However, it is not opinion but fact that people, armed and unarmed, breached and entered the U.S. Capitol building while both houses of Congress were in session, including the first three people in the presidential line of succession. These are also facts:

It was known a large number of people, many armed, were expected at a scheduled rally near the White House that morning, intentionally coinciding with the Congressional certification of the Electoral College votes.[14] [15]

It was known that large numbers of people were expected to go to the Capitol building.[16]

It was also known that most of these people would be White.

It is also a fact that the events at the Capitol Building on January 6 confirmed the reality of institutionalized white supremacy in our country.


We celebrated Epiphany last Sunday, but January 6 is the actual feast day. Epiphany is the celebration of Jesus Christ manifest to humanity, the revelation of grace to the world.

That’s an interesting thing, revelation. We have the existential question, “If a tree falls in the forest and no one hears it, did it make a sound?” We might also ask, “If a revelation is made but no one acknowledges it, has anything been revealed?”

Jesus was revealed to Herod, but he could not, did not, really acknowledge who Jesus was. There was no epiphany for Herod. In our reading from John’s Gospel, Jesus revealed himself to both the man born blind and the religious leaders. The formerly blind man could see with both his eyes and his soul: revelation, epiphany. Despite all their knowledge and witnessing the same revelation, the religious leaders remained blind.

Last week, we talked about the star that guided the magi to Jesus. They both saw the star and discerned its importance. We are called to do the same. Like Herod, the religious leaders in John, and others as we read through the New Testament, we can choose to ignore and dismiss the light of epiphany.

We can choose not to acknowledge the revelation. But just like a tree alone in the woods that still creates sound when it falls, revelation is true even when we don’t admit it.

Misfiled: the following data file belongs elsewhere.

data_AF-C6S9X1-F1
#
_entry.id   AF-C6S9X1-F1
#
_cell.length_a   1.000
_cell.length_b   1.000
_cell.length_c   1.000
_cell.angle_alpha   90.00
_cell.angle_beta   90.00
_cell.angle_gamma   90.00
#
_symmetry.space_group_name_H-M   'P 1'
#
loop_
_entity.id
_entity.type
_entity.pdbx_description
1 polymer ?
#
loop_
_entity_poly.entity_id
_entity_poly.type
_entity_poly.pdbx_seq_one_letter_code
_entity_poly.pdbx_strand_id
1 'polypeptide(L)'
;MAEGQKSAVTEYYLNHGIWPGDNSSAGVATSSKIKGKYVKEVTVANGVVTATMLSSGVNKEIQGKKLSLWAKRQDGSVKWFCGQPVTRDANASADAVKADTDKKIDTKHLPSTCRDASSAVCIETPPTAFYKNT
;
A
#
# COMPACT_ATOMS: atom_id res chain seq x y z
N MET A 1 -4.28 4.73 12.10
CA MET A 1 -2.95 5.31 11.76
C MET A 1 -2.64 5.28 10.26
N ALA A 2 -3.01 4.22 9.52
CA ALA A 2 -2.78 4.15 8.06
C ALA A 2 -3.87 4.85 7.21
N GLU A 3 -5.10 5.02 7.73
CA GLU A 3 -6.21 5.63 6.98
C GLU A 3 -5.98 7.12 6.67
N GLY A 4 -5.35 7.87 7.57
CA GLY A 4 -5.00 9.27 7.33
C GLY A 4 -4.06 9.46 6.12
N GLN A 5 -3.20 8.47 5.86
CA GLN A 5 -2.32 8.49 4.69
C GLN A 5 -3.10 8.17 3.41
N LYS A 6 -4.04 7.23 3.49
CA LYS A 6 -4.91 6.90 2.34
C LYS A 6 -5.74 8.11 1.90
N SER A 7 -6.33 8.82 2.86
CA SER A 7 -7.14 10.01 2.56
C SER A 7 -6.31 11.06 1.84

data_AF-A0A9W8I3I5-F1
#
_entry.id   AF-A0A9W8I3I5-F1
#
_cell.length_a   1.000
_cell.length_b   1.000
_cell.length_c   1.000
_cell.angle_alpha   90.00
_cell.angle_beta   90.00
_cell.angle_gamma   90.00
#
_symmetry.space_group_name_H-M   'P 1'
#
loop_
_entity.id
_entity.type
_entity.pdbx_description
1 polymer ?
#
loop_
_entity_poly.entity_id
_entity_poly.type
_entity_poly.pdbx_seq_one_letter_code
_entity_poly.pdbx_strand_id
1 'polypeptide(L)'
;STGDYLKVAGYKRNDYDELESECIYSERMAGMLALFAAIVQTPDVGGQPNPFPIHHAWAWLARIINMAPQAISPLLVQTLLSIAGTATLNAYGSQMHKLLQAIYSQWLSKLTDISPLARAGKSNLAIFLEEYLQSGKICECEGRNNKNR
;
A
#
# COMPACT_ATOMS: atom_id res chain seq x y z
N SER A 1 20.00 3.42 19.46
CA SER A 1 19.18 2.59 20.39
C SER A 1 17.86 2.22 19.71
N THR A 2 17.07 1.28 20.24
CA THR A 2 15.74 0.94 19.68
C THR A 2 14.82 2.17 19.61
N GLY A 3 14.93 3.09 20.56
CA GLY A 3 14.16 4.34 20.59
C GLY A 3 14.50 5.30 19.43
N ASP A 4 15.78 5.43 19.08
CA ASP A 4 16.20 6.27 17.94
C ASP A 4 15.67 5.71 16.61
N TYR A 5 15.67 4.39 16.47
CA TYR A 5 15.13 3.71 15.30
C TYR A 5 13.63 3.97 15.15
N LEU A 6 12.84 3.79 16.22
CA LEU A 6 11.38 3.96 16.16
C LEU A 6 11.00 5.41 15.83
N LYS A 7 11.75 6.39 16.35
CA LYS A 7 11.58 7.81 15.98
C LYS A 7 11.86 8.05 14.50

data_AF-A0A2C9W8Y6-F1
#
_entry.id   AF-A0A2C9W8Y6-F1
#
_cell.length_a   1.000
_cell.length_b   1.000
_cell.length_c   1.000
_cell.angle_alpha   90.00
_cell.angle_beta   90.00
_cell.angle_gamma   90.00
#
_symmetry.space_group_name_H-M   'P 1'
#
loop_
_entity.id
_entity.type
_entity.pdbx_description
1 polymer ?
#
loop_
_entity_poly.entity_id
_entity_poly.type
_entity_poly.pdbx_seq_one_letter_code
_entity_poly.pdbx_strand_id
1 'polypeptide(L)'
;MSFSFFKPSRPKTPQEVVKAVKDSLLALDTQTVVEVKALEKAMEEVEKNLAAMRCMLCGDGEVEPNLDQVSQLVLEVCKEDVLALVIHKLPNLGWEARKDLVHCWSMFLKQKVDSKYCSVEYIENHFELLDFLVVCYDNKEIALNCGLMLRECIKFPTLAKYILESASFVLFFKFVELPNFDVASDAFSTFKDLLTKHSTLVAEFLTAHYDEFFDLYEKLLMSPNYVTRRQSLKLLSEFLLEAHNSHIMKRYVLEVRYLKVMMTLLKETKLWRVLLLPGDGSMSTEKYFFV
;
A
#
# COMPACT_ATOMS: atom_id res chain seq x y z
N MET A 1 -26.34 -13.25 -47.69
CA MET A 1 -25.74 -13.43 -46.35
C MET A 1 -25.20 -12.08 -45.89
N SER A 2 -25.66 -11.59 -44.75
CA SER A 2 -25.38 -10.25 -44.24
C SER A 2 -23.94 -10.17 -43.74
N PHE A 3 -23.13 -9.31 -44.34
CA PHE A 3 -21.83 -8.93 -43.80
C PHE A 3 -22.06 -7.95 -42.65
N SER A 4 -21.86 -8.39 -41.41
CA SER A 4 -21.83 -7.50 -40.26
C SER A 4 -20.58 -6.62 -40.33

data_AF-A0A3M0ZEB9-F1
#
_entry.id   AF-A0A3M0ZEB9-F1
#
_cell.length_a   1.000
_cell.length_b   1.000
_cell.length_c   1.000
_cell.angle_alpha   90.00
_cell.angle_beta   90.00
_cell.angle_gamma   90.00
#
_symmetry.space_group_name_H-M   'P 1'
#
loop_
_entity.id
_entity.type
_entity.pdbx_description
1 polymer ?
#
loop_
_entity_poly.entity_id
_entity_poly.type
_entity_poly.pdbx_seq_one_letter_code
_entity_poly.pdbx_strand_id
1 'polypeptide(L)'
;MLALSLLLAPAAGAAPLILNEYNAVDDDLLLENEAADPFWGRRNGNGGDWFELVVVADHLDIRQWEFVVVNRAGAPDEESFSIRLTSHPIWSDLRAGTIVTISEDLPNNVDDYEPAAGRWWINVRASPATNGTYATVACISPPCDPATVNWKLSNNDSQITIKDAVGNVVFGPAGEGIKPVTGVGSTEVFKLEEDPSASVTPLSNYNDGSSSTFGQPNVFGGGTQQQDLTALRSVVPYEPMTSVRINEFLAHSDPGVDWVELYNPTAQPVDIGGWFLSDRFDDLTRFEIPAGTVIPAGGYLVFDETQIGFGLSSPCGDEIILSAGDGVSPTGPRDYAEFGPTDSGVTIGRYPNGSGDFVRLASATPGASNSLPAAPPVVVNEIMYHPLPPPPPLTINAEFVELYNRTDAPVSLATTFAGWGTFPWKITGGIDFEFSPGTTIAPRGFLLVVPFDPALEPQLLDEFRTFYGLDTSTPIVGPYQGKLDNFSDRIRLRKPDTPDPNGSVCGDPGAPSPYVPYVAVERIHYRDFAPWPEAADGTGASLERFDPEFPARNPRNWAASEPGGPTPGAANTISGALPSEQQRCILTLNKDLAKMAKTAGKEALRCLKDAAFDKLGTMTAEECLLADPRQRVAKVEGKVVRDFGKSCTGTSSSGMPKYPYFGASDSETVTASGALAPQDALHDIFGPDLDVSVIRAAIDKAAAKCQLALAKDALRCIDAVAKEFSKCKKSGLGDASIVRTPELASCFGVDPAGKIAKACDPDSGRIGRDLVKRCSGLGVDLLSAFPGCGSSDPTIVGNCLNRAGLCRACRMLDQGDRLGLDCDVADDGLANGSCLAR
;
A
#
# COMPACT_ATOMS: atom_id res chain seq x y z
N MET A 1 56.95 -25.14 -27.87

On January 6, we received an opportunity for Epiphany. This revelation of truth wasn’t what people believe or don’t believe about the election. It wasn’t the question of the adequacy of the security of federal buildings. It wasn’t even the realization of the fragile nature of our democracy. No, what was clearly illuminated was the truth that we hold the value of a White person’s life above all others. We value our White lives so much, that we — collectively as a country — condone the persecution and killing of People of Color to protect our racist systems.

I’m not saying you individually condone the persecution and killing of People of Color, but we do when we ignore the truth played out every day in this country that white supremacy is part of who we are. I do, when I don’t name it out loud or decide to throw up my hands in defeat.

We can say we didn’t create it, but we become complicit when we say we are not a part of it. Or that we aren’t responsible to change it. We can say, “This is not who we are.” But the truth is that we, as a country, have shown that this is who we are time and again. From the day we first displaced Native populations from their land or brought the first Black person here in slavery to today. This is who we are. Will we choose to ignore it and remain blind?

It’s true, we are living in unprecedented times. But they are only unprecedented because we have been forced to see them. God willing, we will never witness a violent overthrow of our Legislative Branch again. However, our country’s imbedded racism as it was revealed Wednesday will happen again. And again.

Beloved, we have received an opportunity for Epiphany and the invitation to increase the love and justice of Christ in our community and nation. We can choose to ignore our guilt and feign blindness, or we can let Jesus open our eyes. Amen.